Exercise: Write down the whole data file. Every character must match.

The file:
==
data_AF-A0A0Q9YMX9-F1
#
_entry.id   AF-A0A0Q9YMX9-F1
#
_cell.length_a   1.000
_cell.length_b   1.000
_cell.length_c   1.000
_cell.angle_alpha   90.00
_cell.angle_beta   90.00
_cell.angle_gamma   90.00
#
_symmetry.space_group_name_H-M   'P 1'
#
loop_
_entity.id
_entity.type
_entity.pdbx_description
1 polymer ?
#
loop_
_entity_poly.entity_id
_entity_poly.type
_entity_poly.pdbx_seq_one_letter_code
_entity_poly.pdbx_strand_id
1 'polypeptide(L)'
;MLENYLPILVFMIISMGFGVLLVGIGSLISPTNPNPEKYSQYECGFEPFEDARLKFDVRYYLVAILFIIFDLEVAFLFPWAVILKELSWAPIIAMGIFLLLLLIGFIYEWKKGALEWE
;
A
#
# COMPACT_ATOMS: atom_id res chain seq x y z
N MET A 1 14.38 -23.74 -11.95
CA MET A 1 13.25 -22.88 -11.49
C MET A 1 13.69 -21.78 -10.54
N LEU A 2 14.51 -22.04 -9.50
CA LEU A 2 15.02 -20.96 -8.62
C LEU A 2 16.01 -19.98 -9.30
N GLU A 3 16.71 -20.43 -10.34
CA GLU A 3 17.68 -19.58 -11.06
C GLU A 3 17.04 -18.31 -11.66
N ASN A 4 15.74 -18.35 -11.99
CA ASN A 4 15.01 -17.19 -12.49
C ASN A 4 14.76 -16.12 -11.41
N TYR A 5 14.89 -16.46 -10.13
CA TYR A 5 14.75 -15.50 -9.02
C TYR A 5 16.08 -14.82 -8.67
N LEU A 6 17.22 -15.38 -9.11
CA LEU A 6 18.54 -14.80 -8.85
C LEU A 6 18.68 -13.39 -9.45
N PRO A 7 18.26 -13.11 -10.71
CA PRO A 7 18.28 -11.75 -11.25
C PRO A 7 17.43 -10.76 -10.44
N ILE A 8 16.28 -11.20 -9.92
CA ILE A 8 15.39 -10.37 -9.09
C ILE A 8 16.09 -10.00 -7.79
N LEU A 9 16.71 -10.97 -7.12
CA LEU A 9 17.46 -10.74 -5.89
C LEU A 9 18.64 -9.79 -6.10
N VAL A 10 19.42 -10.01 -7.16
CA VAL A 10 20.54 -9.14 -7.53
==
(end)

data_AF-A0A0Q9YMX9-F1
#
_entry.id   AF-A0A0Q9YMX9-F1
#
_cell.length_a   1.000
_cell.length_b   1.000
_cell.length_c   1.000
_cell.angle_alpha   90.00
_cell.angle_beta   90.00
_cell.angle_gamma   90.00
#
_symmetry.space_group_name_H-M   'P 1'
#
loop_
_entity.id
_entity.type
_entity.pdbx_description
1 polymer ?
#
loop_
_entity_poly.entity_id
_entity_poly.type
_entity_poly.pdbx_seq_one_letter_code
_entity_poly.pdbx_strand_id
1 'polypeptide(L)'
;MLENYLPILVFMIISMGFGVLLVGIGSLISPTNPNPEKYSQYECGFEPFEDARLKFDVRYYLVAILFIIFDLEVAFLFPWAVILKELSWAPIIAMGIFLLLLLIGFIYEWKKGALEWE
;
A
#
# COMPACT_ATOMS: atom_id res chain seq x y z
N MET A 1 14.38 -23.74 -11.95
CA MET A 1 13.25 -22.88 -11.49
C MET A 1 13.69 -21.78 -10.54
N LEU A 2 14.51 -22.04 -9.50
CA LEU A 2 15.02 -20.96 -8.62
C LEU A 2 16.01 -19.98 -9.30
N GLU A 3 16.71 -20.43 -10.34
CA GLU A 3 17.68 -19.58 -11.06
C GLU A 3 17.04 -18.31 -11.66
N ASN A 4 15.74 -18.35 -11.99
CA ASN A 4 15.01 -17.19 -12.49
C ASN A 4 14.76 -16.12 -11.41
N TYR A 5 14.89 -16.46 -10.13
CA TYR A 5 14.75 -15.50 -9.02
C TYR A 5 16.08 -14.82 -8.67
N LEU A 6 17.22 -15.38 -9.11
CA LEU A 6 18.54 -14.80 -8.85
C LEU A 6 18.68 -13.39 -9.45
N PRO A 7 18.26 -13.11 -10.71
CA PRO A 7 18.28 -11.75 -11.25
C PRO A 7 17.43 -10.76 -10.44
N ILE A 8 16.28 -11.20 -9.92
CA ILE A 8 15.39 -10.37 -9.09
C ILE A 8 16.09 -10.00 -7.79
N LEU A 9 16.71 -10.97 -7.12
CA LEU A 9 17.46 -10.74 -5.89
C LEU A 9 18.64 -9.79 -6.10
N VAL A 10 19.42 -10.01 -7.16
CA VAL A 10 20.54 -9.14 -7.53